European Expansion: The Partnering Question
Executives from three biotechnology companies--Biogen, Gilead and Pharmion-told attendees at Windhover's 2d annual Marketing Pharmaceutical Innovation conference how the stark partnering/go-it-alone choices biotechs used to face (launch on your own, with a multinational, or in a network of local drug firms) are becoming far more nuanced as the partnering infrastructure available to the newer generation of start-ups expands to meet the broader opportunities.
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In buying rights to market Lilly's Sarafem, Galen figures it can compete with Pfizer and GSK by detailing where they don't--Ob/Gyns. And in growing its valuation, Galen aims to compete with other public European small pharmas by focusing on the US.
Europe presents a big opportunity--but also significant challenges--to niche players seeking to expand. Some firms--such as US group Cephalon--have bought big in Europe, others like Shire and Celltech have made do with smaller acquisitions onto which they hope to build their own tailored infrastructure. No single approach is the same, and none has yet proven a clear winner. But all depend on finding the right products.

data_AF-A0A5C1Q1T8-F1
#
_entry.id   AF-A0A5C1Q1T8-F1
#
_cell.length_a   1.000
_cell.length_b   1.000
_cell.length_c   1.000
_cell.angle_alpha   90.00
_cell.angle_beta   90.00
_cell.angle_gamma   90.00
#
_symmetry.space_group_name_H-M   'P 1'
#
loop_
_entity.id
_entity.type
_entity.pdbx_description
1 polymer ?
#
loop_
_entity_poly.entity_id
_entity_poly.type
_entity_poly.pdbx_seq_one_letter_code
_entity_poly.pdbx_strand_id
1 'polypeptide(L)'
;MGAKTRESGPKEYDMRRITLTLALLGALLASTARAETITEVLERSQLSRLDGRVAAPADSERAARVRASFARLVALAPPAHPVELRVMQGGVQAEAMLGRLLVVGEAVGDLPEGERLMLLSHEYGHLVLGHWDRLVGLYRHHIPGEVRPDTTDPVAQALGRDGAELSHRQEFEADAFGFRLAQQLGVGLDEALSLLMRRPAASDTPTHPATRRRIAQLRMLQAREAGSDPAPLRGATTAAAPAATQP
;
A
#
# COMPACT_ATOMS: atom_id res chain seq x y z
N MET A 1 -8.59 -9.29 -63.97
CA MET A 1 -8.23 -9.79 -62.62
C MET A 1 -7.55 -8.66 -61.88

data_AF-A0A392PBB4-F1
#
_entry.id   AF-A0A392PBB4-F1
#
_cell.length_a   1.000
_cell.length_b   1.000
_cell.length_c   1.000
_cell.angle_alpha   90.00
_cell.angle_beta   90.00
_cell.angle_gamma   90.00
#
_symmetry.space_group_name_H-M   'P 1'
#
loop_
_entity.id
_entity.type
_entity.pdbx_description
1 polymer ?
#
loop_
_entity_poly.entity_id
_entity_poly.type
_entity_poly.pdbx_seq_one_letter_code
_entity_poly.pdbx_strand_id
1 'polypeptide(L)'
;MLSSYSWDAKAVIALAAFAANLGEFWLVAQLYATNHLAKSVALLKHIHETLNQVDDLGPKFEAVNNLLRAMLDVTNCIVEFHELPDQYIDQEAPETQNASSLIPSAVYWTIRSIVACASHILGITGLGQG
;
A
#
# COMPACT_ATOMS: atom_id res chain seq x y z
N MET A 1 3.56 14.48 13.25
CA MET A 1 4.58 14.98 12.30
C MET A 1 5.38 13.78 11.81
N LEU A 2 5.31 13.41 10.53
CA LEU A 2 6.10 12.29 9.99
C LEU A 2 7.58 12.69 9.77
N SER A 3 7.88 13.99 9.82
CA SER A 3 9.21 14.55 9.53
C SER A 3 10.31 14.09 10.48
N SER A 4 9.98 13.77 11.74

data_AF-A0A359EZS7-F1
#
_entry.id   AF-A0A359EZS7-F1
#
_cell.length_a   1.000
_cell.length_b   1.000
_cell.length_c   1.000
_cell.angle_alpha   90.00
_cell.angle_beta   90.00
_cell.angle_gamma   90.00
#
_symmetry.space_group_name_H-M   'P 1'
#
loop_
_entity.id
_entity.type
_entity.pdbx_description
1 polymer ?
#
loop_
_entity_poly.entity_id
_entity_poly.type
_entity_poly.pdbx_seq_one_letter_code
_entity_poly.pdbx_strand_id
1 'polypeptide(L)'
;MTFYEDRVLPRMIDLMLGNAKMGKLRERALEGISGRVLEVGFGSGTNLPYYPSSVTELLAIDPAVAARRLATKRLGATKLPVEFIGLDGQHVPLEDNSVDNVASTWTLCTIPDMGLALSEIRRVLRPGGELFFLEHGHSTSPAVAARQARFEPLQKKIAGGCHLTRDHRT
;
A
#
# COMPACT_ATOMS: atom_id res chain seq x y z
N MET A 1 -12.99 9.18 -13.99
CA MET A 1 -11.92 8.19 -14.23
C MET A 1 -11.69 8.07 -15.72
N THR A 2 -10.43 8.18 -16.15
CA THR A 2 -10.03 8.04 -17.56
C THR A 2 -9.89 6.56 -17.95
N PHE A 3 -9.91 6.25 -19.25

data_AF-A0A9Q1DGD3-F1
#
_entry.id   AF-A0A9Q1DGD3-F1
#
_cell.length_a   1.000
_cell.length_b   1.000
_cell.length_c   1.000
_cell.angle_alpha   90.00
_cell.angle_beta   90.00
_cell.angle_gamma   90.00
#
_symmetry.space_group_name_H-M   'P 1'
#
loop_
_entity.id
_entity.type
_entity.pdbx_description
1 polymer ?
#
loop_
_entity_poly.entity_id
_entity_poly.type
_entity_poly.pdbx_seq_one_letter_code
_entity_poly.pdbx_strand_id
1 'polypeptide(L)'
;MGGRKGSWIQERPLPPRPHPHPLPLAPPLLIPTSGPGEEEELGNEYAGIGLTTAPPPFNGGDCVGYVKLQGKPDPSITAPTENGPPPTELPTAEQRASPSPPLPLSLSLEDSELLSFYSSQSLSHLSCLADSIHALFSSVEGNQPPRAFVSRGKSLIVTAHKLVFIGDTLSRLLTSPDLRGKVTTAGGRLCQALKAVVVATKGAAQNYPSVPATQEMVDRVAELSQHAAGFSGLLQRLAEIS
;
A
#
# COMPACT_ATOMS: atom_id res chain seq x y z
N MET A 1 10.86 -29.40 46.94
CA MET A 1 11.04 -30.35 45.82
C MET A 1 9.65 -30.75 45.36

Gilead plans to maximize the value of its newly-approved anti-HIV drug Viread by launching the product in all major world markets within a year-and by promoting it with the same look, messages and image everywhere. Gilead's campaign will make the point that its product helps patients' drug combinations work better, even if they're failing. By positioning the product this way, Gilead may avoid head-to-head competition with far bigger players. The company got into position to globally market Viread by acquiring NeXstar in 1999, then quickly re-organizing and filling out the very skinny marketing groups it inherited in major European markets. The relatively small company is betting that the cost efficiencies of global branding will bring it a better return on investment, and so help it grow a business that is already highly valued.